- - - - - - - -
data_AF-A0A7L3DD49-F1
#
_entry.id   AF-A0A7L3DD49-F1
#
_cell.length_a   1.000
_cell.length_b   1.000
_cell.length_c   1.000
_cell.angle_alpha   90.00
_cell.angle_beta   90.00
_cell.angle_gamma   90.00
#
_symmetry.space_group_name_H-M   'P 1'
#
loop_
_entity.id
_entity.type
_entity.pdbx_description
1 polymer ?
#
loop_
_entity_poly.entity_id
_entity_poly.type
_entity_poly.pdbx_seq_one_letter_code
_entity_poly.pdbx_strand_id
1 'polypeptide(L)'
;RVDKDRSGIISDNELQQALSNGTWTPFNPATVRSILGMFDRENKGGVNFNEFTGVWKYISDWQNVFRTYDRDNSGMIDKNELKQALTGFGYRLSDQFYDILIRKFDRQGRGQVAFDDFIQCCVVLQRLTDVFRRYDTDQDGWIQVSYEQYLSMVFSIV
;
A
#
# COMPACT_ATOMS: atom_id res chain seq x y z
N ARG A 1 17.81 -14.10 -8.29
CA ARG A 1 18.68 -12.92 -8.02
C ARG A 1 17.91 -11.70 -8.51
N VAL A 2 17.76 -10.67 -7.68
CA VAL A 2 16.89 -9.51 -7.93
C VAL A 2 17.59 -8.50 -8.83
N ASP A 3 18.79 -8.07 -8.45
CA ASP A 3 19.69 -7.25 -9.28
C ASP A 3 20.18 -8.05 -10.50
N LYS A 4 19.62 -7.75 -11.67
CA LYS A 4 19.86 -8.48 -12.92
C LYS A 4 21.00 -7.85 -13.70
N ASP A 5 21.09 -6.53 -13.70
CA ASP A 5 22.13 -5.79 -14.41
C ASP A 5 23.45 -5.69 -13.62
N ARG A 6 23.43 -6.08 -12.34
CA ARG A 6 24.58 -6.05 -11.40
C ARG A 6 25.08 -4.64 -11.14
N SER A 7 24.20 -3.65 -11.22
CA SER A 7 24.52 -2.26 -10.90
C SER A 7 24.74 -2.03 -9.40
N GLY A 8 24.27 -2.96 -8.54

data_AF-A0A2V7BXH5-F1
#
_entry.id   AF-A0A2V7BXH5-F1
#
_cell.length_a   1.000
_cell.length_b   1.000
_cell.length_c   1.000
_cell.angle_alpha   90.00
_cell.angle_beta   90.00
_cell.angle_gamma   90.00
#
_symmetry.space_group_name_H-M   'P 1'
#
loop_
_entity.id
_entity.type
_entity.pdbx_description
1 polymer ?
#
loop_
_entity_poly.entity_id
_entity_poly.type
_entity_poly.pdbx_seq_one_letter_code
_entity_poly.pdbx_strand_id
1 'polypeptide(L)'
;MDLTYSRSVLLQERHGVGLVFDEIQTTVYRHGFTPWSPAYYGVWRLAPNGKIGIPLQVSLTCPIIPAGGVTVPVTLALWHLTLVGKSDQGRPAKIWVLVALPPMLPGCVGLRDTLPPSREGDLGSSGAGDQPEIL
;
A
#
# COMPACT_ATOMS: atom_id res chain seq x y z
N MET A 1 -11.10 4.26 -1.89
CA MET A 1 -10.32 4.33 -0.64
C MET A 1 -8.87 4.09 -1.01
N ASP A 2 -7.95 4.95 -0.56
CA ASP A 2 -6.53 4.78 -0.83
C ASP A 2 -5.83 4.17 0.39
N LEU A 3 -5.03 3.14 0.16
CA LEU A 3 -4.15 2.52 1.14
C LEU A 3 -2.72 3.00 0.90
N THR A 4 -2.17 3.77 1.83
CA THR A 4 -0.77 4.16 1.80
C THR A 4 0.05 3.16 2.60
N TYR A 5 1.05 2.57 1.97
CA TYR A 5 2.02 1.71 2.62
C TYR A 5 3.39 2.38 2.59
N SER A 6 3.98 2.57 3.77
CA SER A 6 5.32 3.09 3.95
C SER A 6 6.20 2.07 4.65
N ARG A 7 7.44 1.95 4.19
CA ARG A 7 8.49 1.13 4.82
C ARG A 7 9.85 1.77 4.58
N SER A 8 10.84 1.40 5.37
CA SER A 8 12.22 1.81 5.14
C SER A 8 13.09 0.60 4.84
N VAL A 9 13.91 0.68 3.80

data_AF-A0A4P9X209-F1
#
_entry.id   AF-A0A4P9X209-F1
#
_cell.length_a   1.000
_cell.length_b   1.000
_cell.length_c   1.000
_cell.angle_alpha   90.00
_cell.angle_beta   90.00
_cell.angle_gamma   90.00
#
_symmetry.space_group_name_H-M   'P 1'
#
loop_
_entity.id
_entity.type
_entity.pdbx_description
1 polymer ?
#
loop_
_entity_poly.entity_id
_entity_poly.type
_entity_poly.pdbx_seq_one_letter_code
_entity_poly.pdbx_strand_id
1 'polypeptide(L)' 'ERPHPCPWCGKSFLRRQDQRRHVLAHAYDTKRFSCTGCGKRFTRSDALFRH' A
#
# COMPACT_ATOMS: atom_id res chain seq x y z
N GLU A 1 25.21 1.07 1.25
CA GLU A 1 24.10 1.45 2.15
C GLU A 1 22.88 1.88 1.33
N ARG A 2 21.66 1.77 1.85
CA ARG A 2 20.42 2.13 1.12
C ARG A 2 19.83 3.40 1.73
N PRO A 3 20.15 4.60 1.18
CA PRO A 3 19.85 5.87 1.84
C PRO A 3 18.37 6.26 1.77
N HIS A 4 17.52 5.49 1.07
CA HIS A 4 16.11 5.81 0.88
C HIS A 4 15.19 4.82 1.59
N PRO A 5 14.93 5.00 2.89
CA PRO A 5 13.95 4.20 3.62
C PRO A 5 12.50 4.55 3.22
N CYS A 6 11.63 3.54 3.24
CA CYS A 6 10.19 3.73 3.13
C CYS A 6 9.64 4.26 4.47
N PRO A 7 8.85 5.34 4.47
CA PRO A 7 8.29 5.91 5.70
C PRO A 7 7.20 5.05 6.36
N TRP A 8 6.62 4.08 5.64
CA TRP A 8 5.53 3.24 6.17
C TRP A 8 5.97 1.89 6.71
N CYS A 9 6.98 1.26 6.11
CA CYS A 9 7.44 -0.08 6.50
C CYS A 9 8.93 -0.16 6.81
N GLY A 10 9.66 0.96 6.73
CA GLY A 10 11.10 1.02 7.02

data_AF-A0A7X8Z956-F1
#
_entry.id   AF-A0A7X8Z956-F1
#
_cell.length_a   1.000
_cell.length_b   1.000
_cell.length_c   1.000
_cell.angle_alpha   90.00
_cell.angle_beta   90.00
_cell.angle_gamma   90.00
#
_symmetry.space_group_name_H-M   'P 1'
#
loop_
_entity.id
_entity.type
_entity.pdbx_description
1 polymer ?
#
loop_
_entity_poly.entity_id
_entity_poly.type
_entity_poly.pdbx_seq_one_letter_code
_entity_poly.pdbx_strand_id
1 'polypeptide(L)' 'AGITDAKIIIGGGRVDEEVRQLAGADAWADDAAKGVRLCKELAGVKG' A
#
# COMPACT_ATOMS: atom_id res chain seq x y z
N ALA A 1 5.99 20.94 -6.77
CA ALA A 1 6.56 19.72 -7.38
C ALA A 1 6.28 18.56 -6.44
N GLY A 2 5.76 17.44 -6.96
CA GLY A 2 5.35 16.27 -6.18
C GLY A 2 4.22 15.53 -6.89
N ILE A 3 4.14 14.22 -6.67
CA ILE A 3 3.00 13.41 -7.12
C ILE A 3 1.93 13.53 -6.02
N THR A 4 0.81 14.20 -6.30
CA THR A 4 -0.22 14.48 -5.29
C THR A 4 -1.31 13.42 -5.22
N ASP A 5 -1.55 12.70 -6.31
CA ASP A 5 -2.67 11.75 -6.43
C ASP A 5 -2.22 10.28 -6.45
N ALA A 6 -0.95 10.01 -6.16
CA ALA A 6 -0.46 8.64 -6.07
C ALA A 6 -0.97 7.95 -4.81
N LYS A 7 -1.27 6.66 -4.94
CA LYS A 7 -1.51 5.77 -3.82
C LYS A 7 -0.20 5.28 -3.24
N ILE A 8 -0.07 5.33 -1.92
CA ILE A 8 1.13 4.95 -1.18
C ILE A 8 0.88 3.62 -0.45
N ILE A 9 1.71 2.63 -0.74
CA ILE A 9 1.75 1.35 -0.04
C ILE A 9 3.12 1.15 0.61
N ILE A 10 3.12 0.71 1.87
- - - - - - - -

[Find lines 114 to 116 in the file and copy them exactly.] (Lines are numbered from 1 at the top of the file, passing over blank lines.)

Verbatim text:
_cell.length_c   1.000
_cell.angle_alpha   90.00
_cell.angle_beta   90.00